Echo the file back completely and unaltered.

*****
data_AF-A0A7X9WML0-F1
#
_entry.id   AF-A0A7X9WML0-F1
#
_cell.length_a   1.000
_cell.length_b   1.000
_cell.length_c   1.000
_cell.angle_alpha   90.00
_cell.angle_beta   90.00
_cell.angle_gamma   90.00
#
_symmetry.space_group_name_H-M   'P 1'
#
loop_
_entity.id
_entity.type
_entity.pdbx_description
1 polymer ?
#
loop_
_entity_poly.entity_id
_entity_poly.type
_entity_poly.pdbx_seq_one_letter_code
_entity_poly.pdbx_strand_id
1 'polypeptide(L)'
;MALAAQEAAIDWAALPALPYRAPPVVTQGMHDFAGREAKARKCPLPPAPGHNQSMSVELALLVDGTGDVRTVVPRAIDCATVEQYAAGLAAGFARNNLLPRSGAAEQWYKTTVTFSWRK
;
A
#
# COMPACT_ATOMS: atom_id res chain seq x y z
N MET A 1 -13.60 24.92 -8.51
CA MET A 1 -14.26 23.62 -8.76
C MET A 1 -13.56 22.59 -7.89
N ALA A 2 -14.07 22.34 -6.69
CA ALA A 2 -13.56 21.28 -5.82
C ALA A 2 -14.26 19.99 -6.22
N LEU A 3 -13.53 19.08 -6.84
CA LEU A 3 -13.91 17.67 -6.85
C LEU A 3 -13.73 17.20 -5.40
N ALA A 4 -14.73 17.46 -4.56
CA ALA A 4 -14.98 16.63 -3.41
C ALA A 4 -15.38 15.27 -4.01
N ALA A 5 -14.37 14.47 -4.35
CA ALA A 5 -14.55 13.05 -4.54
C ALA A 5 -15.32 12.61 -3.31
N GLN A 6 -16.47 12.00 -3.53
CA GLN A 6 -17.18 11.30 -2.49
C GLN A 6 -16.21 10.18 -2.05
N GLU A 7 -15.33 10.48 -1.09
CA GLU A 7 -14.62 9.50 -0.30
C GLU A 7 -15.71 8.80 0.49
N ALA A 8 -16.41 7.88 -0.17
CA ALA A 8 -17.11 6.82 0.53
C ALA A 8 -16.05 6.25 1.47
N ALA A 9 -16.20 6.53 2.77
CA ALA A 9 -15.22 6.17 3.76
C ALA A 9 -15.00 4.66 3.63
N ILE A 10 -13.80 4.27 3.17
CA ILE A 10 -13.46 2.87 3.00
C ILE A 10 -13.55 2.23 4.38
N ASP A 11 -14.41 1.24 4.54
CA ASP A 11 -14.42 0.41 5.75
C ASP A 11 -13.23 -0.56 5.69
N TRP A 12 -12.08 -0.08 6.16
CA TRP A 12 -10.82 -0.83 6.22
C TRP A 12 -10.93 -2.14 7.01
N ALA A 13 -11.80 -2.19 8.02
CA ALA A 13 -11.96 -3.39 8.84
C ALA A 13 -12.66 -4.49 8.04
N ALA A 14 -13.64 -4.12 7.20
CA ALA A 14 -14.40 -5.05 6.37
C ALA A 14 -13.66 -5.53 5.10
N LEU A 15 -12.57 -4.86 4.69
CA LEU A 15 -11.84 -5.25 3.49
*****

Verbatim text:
data_AF-A0A7X9WML0-F1
#
_entry.id   AF-A0A7X9WML0-F1
#
_cell.length_a   1.000
_cell.length_b   1.000
_cell.length_c   1.000
_cell.angle_alpha   90.00
_cell.angle_beta   90.00
_cell.angle_gamma   90.00
#
_symmetry.space_group_name_H-M   'P 1'
#
loop_
_entity.id
_entity.type
_entity.pdbx_description
1 polymer ?
#
loop_
_entity_poly.entity_id
_entity_poly.type
_entity_poly.pdbx_seq_one_letter_code
_entity_poly.pdbx_strand_id
1 'polypeptide(L)'
;MALAAQEAAIDWAALPALPYRAPPVVTQGMHDFAGREAKARKCPLPPAPGHNQSMSVELALLVDGTGDVRTVVPRAIDCATVEQYAAGLAAGFARNNLLPRSGAAEQWYKTTVTFSWRK
;
A
#
# COMPACT_ATOMS: atom_id res chain seq x y z
N MET A 1 -13.60 24.92 -8.51
CA MET A 1 -14.26 23.62 -8.76
C MET A 1 -13.56 22.59 -7.89
N ALA A 2 -14.07 22.34 -6.69
CA ALA A 2 -13.56 21.28 -5.82
C ALA A 2 -14.26 19.99 -6.22
N LEU A 3 -13.53 19.08 -6.84
CA LEU A 3 -13.91 17.67 -6.85
C LEU A 3 -13.73 17.20 -5.40
N ALA A 4 -14.73 17.46 -4.56
CA ALA A 4 -14.98 16.63 -3.41
C ALA A 4 -15.38 15.27 -4.01
N ALA A 5 -14.37 14.47 -4.35
CA ALA A 5 -14.55 13.05 -4.54
C ALA A 5 -15.32 12.61 -3.31
N GLN A 6 -16.47 12.00 -3.53
CA GLN A 6 -17.18 11.30 -2.49
C GLN A 6 -16.21 10.18 -2.05
N GLU A 7 -15.33 10.48 -1.09
CA GLU A 7 -14.62 9.50 -0.30
C GLU A 7 -15.71 8.80 0.49
N ALA A 8 -16.41 7.88 -0.17
CA ALA A 8 -17.11 6.82 0.53
C ALA A 8 -16.05 6.25 1.47
N ALA A 9 -16.20 6.53 2.77
CA ALA A 9 -15.22 6.17 3.76
C ALA A 9 -15.00 4.66 3.63
N ILE A 10 -13.80 4.27 3.17
CA ILE A 10 -13.46 2.87 3.00
C ILE A 10 -13.55 2.23 4.38
N ASP A 11 -14.41 1.24 4.54
CA ASP A 11 -14.42 0.41 5.75
C ASP A 11 -13.23 -0.56 5.69
N TRP A 12 -12.08 -0.08 6.16
CA TRP A 12 -10.82 -0.83 6.22
C TRP A 12 -10.93 -2.14 7.01
N ALA A 13 -11.80 -2.19 8.02
CA ALA A 13 -11.96 -3.39 8.84
C ALA A 13 -12.66 -4.49 8.04
N ALA A 14 -13.64 -4.12 7.20
CA ALA A 14 -14.40 -5.05 6.37
C ALA A 14 -13.66 -5.53 5.10
N LEU A 15 -12.57 -4.86 4.69
CA LEU A 15 -11.84 -5.25 3.49